Regular visitors to the National Theatre may find themselves increasingly confused about exactly when and where it is they’re living: London, 2013? Or early twentieth-century Berlin? The NT’s year kicked off with a revival of Carl Zuckmayer’s ‘The Captain of Köpenick’, gathered pace with the current Olivier adaptation of Erich Kästner’s ‘Emil and the Detectives’, and concludes here with Dennis Kelly’s new take on Georg Kaiser’s 1912 expressionst classic ‘From Morning to Midnight’.
Despite the starkly beautiful drifts of snow that periodically waft over Soutra Gilmour’s fabulous, Georges Méliès-inspired set, don’t come here for any uplifting Weihnachten vibes. It’s not hard to see why Kelly was drawn to the project – ‘Morning to Midnight’ isn’t a million miles away from his recent, bleaker-than-bleak Royal Court play ‘The Ritual Slaughter of Gorge Mastromas’, insofar as both are pitch-black morality fables about the pernicious effects of capitalism upon a single man.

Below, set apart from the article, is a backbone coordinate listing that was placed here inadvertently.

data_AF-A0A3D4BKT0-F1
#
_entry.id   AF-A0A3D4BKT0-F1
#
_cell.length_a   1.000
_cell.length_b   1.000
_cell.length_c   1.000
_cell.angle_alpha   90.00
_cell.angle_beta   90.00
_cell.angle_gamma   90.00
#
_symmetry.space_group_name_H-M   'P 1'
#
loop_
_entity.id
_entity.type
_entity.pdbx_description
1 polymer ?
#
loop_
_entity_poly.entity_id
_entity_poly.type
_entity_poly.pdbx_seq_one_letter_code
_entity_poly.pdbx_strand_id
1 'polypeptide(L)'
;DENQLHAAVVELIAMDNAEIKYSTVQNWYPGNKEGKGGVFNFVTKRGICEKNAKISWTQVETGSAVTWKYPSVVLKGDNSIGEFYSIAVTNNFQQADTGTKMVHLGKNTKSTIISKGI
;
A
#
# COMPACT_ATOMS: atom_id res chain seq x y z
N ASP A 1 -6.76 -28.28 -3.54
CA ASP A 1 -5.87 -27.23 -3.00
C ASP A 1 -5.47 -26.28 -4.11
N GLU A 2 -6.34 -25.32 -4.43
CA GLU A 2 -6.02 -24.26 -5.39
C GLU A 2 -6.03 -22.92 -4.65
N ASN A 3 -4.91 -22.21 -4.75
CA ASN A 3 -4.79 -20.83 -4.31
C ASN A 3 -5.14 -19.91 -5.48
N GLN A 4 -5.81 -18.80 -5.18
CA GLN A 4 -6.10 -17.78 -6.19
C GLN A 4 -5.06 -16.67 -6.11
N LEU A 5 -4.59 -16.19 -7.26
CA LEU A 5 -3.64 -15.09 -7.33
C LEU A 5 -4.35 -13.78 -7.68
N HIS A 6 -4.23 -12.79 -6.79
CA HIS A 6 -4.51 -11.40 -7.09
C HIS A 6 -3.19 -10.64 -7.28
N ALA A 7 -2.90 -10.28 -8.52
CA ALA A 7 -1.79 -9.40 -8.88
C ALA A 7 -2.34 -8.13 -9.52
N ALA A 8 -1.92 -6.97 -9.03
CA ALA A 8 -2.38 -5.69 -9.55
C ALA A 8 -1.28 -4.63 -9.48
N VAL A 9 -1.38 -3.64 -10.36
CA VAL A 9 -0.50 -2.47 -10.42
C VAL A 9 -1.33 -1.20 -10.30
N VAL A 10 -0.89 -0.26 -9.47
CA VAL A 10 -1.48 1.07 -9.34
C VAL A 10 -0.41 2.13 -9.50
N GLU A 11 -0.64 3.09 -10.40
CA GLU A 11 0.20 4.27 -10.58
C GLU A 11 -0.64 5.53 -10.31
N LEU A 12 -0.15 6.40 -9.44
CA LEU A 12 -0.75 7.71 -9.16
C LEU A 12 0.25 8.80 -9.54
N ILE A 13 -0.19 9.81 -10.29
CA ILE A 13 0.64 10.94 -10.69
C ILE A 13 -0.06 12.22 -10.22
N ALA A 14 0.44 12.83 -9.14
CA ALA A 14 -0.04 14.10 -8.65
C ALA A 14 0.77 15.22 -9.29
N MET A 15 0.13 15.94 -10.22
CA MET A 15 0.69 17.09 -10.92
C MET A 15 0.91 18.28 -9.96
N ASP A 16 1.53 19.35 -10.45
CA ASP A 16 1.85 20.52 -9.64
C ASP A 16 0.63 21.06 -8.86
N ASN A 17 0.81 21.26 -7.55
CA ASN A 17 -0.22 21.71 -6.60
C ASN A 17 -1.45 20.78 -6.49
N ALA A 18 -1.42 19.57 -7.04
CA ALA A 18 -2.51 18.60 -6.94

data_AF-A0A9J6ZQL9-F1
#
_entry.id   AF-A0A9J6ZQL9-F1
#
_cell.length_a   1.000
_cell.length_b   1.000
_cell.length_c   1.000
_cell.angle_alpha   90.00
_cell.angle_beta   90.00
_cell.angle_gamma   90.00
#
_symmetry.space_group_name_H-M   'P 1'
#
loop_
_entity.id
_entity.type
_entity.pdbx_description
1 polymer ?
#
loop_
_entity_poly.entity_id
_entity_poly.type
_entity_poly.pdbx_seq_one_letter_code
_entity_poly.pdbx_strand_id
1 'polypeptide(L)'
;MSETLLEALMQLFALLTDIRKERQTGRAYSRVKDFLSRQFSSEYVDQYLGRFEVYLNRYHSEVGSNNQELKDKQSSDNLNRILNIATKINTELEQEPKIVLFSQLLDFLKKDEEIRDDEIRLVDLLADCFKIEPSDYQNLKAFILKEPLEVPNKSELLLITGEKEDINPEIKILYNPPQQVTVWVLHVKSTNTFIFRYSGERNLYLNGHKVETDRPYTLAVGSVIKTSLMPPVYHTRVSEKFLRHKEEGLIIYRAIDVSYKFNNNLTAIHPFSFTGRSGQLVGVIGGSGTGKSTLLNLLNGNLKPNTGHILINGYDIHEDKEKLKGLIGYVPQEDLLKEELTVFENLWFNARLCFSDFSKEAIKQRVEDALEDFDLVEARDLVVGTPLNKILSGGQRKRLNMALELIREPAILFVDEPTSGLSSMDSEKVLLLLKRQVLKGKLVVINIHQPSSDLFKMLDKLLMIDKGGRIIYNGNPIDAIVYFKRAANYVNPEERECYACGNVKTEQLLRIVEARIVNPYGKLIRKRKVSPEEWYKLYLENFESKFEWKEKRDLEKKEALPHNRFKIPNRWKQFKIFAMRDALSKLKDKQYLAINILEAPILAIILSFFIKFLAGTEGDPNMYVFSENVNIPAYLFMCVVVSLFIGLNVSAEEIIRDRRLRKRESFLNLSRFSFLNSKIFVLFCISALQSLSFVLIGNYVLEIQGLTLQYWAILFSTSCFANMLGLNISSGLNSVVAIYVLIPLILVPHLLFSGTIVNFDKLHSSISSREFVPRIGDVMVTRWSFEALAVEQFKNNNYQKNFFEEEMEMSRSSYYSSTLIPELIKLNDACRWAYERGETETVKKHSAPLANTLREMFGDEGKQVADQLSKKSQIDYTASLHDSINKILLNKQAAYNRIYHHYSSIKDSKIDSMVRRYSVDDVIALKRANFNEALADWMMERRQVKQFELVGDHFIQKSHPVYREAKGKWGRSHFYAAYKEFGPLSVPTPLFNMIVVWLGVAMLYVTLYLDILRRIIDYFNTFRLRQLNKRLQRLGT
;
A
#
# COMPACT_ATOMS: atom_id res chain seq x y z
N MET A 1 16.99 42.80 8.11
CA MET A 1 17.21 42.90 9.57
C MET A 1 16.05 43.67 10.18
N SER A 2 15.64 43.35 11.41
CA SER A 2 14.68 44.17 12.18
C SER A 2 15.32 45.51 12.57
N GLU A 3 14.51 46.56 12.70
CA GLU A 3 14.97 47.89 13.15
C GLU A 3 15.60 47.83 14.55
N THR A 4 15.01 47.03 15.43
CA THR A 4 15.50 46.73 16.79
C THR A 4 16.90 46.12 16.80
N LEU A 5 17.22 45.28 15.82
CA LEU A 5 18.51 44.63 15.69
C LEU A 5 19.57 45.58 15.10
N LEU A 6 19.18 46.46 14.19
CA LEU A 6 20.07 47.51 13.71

In ‘Gorge’, the antihero simply becomes a wealthy monster. Here it’s more complicated. At the end of the audacious first scene of Melly Still’s production, Adam Godley’s nameless Clerk – who has hithero only appeared as an anonymous, voiceless drone in a busy bank – unexpectedly malfunctions after misunderstanding a woman’s intentions towards him. He proceeds to freak out, abscond with 60,000 marks, then embark upon an odyssey through bike races and brothels to try and understand the appeal of money.
Still’s production looks extraordinary, a creaking, wheezing, antique feast for senses, its dry darkness enlivened by a splash of Brechtian mucking about (notably a minor character getting ‘accidentally’ hauled into the gods by a scene change).
Despite his fragile, emaciated frame, Godley holds the stage convincingly as the increasingly unhinged Clerk. But much like ‘Gorge’, the show lacks a real heart, and for all the visual flair on offer, there’s something stultifyingly obvious about the way the Clerk’s adventure unfolds. Our hero may shed the mechanism of society, but he remains firmly embedded in Kaiser and Kelly’s potentous moral apparatus.
By Andrzej Lukowski